A rift is emerging between Prime Minister Shinzo Abe and his hand-picked central bank boss on how to fix Japan's tattered finances, which could blunt the impact of the "Abenomics" stimulus policies they have worked together to prosecute.
Activity in China's mammoth factory sector edged up to a four-month high in February but export orders shrank at their fastest rate in 20 months, a private survey showed, painting a murky outlook that argues for more policy support.
With shrinking prospects at home and the threat of further yen weakness, Japanese companies are rushing to buy overseas and seem willing to pay top dollar, as shown by Japan Post's $5 billion bid for Australia's Toll Holdings (TOL.AX).
Japan's economy likely rebounded from recession in the final quarter of last year, data on Monday is set to show, giving a much needed boost to premier Shinzo Abe's efforts to steer the country out of decades of stagnation.
The Bank of Japan has put monetary policy on hold and found backing for its wait-and-see stance from advisors to Prime Minister Shinzo Abe, who worry more easing could send the yen to damagingly low levels, according to officials in the administration and central bank.
Tumbling oil prices have strengthened rather than weakened the Federal Reserve's resolve to start raising interest rates around midyear even as volatile markets and a softening U.S. inflation outlook made investors push back the timing of the "liftoff."
The People's Bank of China will continue to maintain "prudent" monetary policy in 2015, keeping credit growth stable while having its hands free to fine-tune policy when necessary, the regulator said in an online statement on Friday.
Bank of Japan Governor Haruhiko Kuroda said the bank has various tools left if it were to ease monetary policy again, stressing its determination to hit its inflation target in the next fiscal year.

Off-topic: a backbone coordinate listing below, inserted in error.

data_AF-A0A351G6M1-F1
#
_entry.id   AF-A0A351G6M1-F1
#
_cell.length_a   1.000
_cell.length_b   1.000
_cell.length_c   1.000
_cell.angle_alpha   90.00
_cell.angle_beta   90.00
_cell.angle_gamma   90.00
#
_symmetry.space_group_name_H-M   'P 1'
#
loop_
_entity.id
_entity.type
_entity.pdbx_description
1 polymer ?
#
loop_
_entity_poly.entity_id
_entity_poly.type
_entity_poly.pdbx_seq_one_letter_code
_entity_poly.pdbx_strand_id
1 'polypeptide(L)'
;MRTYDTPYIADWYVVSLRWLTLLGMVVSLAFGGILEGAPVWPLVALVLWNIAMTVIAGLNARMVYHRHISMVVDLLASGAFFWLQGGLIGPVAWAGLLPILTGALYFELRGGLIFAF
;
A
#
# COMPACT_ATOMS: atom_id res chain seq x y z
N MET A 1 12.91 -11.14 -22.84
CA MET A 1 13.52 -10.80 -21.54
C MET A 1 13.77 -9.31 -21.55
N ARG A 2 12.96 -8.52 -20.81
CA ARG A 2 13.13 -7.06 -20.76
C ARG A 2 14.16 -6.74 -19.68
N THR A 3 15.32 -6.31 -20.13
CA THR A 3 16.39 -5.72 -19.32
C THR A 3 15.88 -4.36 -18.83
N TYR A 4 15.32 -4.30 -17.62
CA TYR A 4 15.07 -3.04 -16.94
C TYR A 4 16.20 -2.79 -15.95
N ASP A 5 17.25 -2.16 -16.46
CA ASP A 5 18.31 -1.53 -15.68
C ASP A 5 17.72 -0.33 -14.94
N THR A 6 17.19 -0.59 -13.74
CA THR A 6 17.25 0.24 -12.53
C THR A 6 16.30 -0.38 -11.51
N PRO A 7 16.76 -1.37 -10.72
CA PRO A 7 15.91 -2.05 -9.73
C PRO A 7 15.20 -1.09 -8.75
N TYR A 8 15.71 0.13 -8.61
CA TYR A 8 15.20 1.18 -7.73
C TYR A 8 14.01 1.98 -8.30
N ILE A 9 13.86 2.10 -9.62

China's factory activity sputtered in December, underlining the challenges facing the country's manufacturers as they fight rising costs and softening demand in a cooling economy.
Activity in China's factory sector contracted in December for the first time in seven months, the latest in a string of weak economic indicators that will intensify calls for more stimulus measures to head off a hard landing.
The guessing game over the timing of euro zone money printing will intensify as the European Central Bank unveils a closely watched gauge of policy in the coming week, the highlight of a calendar dominated by Europe's malaise.
U.S. stocks rose on Wednesday, with both the Dow and S&P 500 ending at records, as data pointed to improving conditions in the U.S. services sector, boosting cyclical stocks.
Bank of Japan Governor Haruhiko Kuroda on Tuesday stressed the bank's readiness to expand stimulus further to meet its price goal, standing firm in the face of criticism that last month's monetary easing has accelerated unwelcome falls in the currency.
China's leadership and central bank are ready to cut interest rates again and also loosen lending restrictions, concerned that falling prices could trigger a surge in debt defaults, business failures and job losses, said sources involved in policy-making.
The ECB will not improve the terms of its ultra-cheap long-term loans for now, though this may change if it becomes clear that the euro zone economy is taking another turn for the worse, several sources familiar with the discussion told Reuters.
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